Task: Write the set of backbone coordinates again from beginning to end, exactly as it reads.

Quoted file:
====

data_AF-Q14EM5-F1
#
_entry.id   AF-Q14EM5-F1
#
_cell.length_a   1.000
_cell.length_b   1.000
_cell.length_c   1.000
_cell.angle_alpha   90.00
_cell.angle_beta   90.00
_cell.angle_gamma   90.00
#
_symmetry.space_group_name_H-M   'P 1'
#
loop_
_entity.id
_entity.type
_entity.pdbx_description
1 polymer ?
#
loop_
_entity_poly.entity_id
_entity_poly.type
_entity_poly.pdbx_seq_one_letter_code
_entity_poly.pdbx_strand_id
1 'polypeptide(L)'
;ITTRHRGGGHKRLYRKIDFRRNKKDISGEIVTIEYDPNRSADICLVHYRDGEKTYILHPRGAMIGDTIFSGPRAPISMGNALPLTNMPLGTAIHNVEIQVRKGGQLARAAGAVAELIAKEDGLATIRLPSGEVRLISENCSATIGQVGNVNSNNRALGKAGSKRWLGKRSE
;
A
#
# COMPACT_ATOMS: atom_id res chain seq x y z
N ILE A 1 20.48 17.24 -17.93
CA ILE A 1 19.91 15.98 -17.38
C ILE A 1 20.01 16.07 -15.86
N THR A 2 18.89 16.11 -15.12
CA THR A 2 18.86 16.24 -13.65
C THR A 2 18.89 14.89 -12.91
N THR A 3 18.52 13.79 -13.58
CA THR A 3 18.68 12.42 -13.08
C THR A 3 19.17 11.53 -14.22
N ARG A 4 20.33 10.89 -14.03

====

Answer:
data_AF-Q14EM5-F1
#
_entry.id   AF-Q14EM5-F1
#
_cell.length_a   1.000
_cell.length_b   1.000
_cell.length_c   1.000
_cell.angle_alpha   90.00
_cell.angle_beta   90.00
_cell.angle_gamma   90.00
#
_symmetry.space_group_name_H-M   'P 1'
#
loop_
_entity.id
_entity.type
_entity.pdbx_description
1 polymer ?
#
loop_
_entity_poly.entity_id
_entity_poly.type
_entity_poly.pdbx_seq_one_letter_code
_entity_poly.pdbx_strand_id
1 'polypeptide(L)'
;ITTRHRGGGHKRLYRKIDFRRNKKDISGEIVTIEYDPNRSADICLVHYRDGEKTYILHPRGAMIGDTIFSGPRAPISMGNALPLTNMPLGTAIHNVEIQVRKGGQLARAAGAVAELIAKEDGLATIRLPSGEVRLISENCSATIGQVGNVNSNNRALGKAGSKRWLGKRSE
;
A
#
# COMPACT_ATOMS: atom_id res chain seq x y z
N ILE A 1 20.48 17.24 -17.93
CA ILE A 1 19.91 15.98 -17.38
C ILE A 1 20.01 16.07 -15.86
N THR A 2 18.89 16.11 -15.12
CA THR A 2 18.86 16.24 -13.65
C THR A 2 18.89 14.89 -12.91
N THR A 3 18.52 13.79 -13.58
CA THR A 3 18.68 12.42 -13.08
C THR A 3 19.17 11.53 -14.22
N ARG A 4 20.33 10.89 -14.03